We spoke to Coastline Students & Staff who served or continue to serve their nation in uniform. Read, reflect, and respect those fallen in honor of Memorial Day.
Monday, May 31st is Memorial Day. If you google ‘Memorial Day’ the odds are very high that one of the first things you see or read won’t be a commemoration for those men and women who have died while serving. No, likely the first thing you’ll see is all the sales, the deals, the ‘three-day-weekend’ articles that proliferate the internet at this time of year. They announce mattress discounts, big savings, opportunities of a lifetime…that come every year and go the same way.
But that’s not what Memorial Day is; that’s not what it’s about; and Memorial Day certainly shouldn’t be reduced to that. Because real people died and still die. Real people, throughout the nation’s history, have seen their own lifetimes, their own opportunities, their own experience and self-hood, cut tragically short, taken too soon.
This point was made clear to me by Chermaine Harrell, Dean of Enrollment Services & Extended Learning at Coastline. Chermaine served in the Marine Corp for 26 years as a Sergeant Major. “Memorial Day is not the pre-Summer holiday. Memorial Day is a somber occasion that comes once a year where we honor the men and women that made the ultimate sacrifice to defend our nation.” Chermaine also talked about what Memorial Day means to her: “It’s a day of remembrance.” She added, “Having participated in Operation Desert Storm, Desert Shield, and Iraqi Freedom, I realize and recognize the sacrifices that service members make.”
"Time to Reflect..."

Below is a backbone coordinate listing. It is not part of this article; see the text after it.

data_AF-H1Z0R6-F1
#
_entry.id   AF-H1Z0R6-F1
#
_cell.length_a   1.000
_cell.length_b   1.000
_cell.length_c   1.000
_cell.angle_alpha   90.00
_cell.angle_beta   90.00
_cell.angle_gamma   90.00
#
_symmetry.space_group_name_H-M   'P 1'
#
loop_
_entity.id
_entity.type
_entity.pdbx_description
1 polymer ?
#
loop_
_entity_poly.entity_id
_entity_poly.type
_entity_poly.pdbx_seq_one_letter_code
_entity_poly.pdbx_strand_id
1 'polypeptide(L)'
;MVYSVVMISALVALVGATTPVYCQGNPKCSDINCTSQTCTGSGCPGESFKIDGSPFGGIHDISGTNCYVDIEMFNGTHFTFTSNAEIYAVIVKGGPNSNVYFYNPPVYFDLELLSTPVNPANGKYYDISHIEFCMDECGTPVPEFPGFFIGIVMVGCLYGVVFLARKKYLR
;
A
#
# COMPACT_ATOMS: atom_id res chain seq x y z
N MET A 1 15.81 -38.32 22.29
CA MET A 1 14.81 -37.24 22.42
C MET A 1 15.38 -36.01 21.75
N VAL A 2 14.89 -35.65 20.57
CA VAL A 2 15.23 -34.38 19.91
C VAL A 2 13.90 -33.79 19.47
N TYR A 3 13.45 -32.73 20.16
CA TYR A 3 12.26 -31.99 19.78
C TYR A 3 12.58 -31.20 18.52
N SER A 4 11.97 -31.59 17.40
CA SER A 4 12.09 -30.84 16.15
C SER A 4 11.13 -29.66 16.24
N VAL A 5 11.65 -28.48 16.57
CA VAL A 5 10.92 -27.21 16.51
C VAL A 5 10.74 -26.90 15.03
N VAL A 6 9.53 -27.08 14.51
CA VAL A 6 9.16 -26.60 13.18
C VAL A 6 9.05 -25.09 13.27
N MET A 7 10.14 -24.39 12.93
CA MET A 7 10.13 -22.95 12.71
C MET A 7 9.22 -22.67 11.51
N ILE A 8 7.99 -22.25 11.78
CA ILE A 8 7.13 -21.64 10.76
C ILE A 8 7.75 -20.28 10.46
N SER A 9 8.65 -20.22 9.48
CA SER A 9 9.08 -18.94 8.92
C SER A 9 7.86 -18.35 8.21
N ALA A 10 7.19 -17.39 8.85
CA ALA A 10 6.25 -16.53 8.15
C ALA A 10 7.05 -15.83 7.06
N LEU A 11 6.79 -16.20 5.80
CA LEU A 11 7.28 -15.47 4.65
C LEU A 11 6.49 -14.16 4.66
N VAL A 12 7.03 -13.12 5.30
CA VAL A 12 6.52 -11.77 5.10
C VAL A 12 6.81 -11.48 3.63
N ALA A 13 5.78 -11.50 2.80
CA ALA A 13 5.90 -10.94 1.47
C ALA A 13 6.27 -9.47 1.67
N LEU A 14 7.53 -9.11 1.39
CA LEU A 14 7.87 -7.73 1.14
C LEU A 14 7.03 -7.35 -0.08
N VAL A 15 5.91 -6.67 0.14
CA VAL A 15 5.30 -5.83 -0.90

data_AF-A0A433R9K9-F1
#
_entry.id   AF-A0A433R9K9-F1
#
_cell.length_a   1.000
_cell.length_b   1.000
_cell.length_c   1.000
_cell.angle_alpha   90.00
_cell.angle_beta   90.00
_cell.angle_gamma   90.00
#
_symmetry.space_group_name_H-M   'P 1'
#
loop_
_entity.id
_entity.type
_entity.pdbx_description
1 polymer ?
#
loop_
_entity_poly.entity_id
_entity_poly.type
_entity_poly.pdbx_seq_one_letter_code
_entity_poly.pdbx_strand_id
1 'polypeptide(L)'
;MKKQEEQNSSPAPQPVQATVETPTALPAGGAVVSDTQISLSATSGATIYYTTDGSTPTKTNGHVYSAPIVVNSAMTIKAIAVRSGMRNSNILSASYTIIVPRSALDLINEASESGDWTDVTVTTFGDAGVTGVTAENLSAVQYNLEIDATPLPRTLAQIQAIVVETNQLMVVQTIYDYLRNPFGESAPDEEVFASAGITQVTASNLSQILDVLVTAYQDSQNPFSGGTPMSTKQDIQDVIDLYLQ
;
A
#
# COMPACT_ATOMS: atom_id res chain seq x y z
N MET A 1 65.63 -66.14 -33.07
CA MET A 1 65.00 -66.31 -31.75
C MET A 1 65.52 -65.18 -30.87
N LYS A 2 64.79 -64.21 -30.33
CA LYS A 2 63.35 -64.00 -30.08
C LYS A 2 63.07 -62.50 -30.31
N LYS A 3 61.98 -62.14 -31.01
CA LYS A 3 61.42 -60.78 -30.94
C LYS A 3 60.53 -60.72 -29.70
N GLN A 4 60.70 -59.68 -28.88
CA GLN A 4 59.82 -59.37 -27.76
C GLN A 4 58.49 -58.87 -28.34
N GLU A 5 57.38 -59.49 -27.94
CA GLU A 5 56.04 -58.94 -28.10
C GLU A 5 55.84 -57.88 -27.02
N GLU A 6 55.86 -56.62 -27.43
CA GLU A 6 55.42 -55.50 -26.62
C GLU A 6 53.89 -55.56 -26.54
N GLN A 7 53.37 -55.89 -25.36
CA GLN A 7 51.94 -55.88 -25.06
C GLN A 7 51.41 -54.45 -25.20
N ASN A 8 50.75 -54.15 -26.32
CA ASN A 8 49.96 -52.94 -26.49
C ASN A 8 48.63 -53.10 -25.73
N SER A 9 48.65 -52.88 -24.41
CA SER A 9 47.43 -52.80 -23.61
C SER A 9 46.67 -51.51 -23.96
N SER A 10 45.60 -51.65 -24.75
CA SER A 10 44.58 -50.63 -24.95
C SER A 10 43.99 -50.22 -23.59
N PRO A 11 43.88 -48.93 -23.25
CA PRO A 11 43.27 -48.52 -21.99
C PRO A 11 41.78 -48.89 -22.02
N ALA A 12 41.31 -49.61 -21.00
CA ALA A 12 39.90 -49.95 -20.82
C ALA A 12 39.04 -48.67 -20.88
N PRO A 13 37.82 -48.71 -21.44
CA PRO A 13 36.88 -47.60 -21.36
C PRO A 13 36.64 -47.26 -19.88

This was echoed by another Coastliner who served, Tammy Mason, who has spent seventeen years in the US Army as a Staff Sergeant, both on active duty and reserves. Tammy was deployed twice as well as serving a hardship tour. She’s seen lives lost and become a mother, all while in uniform.
“Memorial Day is important to me,” she said. “It’s not about the deals, getting all the free food. It’s really time to reflect on the blessings that you have as an individual,” blessings that are only possible because people, like Tammy, like Chermaine, and like another Coastliner Emoni Chaplin, serve the country. And only possible because many others, throughout our nation’s history, die doing so.
"...Composure & Integrity."
Tammy added: “A lot of us go over there and things happen that are unexpected. And sometimes you don’t know whether or not the person to your left or right is going to make it home or if you’re going to make it home.” And to that point, she said: “it makes you appreciate what you have and the freedoms that aren’t free.” This Memorial Day, she’ll be spending time with family, reflecting and thinking about the things that are “great and pure,” the things we fight and serve for.
Emoni Chaplin is a Coastliner currently serving in the US Navy as an electrician. “Serving is a big responsibility and sometimes a risk,” she said. Serving has also made her more adult and given her “a professional stance, composure, and integrity.” For her, Memorial Day means taking time to remember those who lost their lives in service, both in the past and present.
"Their Todays", featuring Coastline staff & veterans, Michael Toledo & Tom Boscamp.
"...Still a Part of You."
Like Emoni, Tammy Mason knows that serving is not like a typical 9-5 job. “It’s more a mindset.” She said, “as you move up in rank, you become a leader.” As a reservist, Tammy has spent time teaching younger service members as a Unit Supply Specialist. Serving in the military, through its ups and downs, has “added character into every part” of her life. “Even when you take off that uniform, those lessons are still a part of you.” These are just some of the ways those who have served will be spending Memorial Day this year. They’ll be thinking about the friends, colleagues, and strangers that have fallen while wearing their uniforms. And they’d like others, like you and me, to think about that too.
‘It makes you appreciate the freedoms you have that are not free,’ Tammy said. To echo her words: the ability to go outside, breathe fresh air, vote, talk with your friends and loved ones, and now, hopefully, love your loved ones, regardless of who they are, and so much more—these freedoms come at a cost. It’s something to consider as you click ‘Add to Cart’ this weekend and on Monday, May 31, 2021—Memorial Day.